This is a guest post by Dr. Erin Stair, M.D., M.P.H
During my training as a West Point cadet and Army officer, I was molded to function on no sleep. “Sleep is a crutch” was a common battle cry. Sleep was for the weak, and real soldiers aren’t weak! During one outdoor infantry training exercise, I remember being so sleep deprived that I woke up on top of a large rock, completely delirious, with my rifle pointed at my own platoon. Then it hit me- sleep matters.
Now as a physician and public health consultant, I really know that sleep matters. I work with a lot of wellness clients who struggle with either falling asleep or staying asleep. In this country, good sleep is hard to come by. Approximately 50-70 million US adults suffer from sleep disorders, and insufficient sleep is shown to be associated with higher rates of both physical and mental illness. To address these issues, at least 9 million Americans have turned to benzodiazepines and barbiturates. That means 9 million people are willing to endure troubling side effects, such as drowsiness, headaches, stomach pains, nightmares, constipation, or even a burning feeling in the limbs, just to capture a few hours of “medicated” sleep. Most recently, a study published in The British Medical Journal showed that taking sleeping pills for a prolonged period of time is associated with a fourfold increased risk of death. Such an observation begs the question, “Is the cure better than the disease?”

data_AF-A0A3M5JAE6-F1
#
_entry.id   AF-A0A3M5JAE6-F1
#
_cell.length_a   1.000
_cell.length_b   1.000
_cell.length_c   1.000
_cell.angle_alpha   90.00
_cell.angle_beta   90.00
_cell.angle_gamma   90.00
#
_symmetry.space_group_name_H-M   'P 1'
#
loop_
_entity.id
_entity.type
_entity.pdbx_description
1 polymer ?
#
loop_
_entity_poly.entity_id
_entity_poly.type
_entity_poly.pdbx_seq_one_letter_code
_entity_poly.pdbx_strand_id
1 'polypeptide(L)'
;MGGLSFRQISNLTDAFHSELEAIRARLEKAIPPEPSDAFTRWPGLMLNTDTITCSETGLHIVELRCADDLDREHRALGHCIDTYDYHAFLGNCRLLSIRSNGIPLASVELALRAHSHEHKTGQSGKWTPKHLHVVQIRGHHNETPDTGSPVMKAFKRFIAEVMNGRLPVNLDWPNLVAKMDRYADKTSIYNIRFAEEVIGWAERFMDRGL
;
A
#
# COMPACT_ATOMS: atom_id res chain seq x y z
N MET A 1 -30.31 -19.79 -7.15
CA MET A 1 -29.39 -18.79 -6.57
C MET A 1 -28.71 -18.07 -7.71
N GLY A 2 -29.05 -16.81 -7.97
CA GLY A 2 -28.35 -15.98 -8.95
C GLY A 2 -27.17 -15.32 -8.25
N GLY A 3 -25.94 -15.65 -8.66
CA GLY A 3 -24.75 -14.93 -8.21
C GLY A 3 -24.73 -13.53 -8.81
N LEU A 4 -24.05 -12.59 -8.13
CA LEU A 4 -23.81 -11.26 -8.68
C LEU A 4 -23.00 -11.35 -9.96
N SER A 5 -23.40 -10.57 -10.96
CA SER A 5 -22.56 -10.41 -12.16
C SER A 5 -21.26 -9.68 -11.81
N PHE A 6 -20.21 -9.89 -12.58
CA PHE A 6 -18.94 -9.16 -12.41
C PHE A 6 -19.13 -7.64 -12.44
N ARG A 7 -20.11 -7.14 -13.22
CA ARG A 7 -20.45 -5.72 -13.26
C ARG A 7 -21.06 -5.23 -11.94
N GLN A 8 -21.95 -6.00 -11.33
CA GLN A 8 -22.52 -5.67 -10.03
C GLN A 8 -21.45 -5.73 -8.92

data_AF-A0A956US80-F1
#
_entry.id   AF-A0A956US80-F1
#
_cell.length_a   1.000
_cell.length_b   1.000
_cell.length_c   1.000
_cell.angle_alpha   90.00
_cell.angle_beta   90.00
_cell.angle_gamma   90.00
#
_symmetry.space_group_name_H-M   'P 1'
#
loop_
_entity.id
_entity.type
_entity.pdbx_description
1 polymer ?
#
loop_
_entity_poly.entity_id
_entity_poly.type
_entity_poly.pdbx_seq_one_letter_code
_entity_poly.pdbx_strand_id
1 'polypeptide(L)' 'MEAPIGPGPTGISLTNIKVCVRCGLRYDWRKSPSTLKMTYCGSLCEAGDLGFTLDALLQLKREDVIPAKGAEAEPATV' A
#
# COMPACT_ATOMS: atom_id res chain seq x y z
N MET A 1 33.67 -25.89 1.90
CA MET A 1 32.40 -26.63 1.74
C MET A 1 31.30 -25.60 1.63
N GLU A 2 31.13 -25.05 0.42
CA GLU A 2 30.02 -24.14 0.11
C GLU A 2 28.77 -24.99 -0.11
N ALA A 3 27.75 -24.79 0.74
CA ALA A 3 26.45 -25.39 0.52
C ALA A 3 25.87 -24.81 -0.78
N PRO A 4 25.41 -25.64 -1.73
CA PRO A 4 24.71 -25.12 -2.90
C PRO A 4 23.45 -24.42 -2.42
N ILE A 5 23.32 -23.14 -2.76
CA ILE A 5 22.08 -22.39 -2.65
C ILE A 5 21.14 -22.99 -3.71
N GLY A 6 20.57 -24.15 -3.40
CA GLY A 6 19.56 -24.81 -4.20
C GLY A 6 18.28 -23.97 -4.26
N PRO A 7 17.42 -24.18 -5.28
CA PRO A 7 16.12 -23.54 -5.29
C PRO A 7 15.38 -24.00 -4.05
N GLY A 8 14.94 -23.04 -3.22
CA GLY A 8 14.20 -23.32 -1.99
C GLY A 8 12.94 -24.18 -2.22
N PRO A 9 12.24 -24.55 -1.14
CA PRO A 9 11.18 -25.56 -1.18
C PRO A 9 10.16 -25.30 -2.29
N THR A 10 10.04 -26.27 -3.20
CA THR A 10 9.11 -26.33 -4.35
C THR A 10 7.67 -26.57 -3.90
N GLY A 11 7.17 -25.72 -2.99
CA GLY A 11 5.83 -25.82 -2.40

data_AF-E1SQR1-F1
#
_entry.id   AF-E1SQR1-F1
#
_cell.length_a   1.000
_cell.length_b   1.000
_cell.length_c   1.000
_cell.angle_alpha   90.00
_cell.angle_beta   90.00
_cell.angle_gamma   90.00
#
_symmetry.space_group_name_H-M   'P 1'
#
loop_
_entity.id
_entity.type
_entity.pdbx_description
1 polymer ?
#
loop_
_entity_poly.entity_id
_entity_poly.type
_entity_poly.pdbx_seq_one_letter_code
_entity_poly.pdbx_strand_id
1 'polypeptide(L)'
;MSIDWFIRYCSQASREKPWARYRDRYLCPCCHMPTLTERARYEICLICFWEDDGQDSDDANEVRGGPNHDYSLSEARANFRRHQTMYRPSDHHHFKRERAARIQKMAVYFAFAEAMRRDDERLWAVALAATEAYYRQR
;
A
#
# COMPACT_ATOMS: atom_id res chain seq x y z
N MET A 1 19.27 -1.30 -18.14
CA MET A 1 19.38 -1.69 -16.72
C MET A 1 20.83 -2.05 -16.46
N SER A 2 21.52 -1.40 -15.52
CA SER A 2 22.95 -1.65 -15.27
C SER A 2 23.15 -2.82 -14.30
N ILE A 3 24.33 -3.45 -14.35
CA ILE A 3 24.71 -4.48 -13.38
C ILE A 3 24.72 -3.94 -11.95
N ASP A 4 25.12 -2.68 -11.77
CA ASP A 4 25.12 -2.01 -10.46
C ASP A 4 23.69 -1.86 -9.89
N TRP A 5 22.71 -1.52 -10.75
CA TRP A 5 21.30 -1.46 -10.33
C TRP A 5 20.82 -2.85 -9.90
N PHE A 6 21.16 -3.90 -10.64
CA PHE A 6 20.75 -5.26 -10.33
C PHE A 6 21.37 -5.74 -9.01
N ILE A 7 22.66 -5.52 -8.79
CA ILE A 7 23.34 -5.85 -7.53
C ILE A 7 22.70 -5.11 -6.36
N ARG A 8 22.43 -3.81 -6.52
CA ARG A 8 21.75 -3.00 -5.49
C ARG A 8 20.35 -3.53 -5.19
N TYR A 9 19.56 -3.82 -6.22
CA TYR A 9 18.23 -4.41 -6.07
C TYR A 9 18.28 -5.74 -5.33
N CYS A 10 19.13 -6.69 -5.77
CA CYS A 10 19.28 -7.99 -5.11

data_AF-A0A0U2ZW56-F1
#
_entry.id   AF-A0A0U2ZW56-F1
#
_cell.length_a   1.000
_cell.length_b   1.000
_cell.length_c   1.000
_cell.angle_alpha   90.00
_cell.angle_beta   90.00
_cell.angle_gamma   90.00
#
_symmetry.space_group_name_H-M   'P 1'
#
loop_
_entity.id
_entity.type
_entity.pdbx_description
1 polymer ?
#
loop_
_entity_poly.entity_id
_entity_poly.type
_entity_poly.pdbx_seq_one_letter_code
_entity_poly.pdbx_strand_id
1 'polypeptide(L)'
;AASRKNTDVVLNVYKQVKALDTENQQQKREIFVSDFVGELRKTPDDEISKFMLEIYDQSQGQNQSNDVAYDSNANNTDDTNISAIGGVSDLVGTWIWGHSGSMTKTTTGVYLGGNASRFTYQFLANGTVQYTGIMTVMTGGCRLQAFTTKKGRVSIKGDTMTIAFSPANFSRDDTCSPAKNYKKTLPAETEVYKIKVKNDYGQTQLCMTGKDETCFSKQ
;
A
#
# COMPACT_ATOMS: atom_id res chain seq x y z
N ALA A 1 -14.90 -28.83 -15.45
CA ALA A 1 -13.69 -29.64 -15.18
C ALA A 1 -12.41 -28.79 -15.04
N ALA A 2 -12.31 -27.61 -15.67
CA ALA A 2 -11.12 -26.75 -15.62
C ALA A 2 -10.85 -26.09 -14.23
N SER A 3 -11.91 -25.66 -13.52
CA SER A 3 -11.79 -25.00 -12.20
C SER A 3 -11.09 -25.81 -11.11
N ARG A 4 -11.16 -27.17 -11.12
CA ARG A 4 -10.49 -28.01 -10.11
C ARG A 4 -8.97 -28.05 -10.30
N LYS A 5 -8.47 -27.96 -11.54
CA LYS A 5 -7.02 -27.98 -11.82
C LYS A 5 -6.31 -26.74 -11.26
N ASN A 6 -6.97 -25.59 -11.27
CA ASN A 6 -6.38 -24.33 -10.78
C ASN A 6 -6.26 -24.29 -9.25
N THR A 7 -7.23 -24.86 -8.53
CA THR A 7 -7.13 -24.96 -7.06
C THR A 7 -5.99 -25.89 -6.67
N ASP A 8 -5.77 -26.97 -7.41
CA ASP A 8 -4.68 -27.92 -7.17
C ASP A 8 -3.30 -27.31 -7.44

My philosophy as a public health specialist is to always try the most effective and least invasive approach available for a specific ailment, before turning to the big-gun pharmaceuticals. That said, what is really effective? And wouldn’t it vary from individual to individual? I have advised my wellness clients struggling with sleep issues to turn off all lights, phones and computers; to sleep in a cool room; to not drink coffee after 4 pm; to empty his or her bladder before going to bed at night; to sleep alone if need be; to not watch TV; to do deep breathing exercises, etc. Some of these tips were definitely helpful for my clients, but a lot of people wanted and needed something more- especially something that would calm them and free their busy minds of useless ruminations.
I have used different kinds of sound therapy programs before, mainly for people suffering from depression, PTSD and anxiety, and have had great success. I’ve used sound therapy personally and swear by it. But I never tried a sound therapy program for poor sleep. I had the software and a great team of scientists and consultants, so I figured, why not? Let’s give it a shot! So I sent an email to some of my wellness clients and blog subscribers, asking them if anyone who had trouble falling asleep would be willing to listen to an auditory program for 2 weeks. I was really surprised by the plethora of responses. By the time I sorted through the emails, I had a solid 41 volunteers: 23 women and 15 men (and 3 that preferred not to include gender information), between the age range of 21 and 64.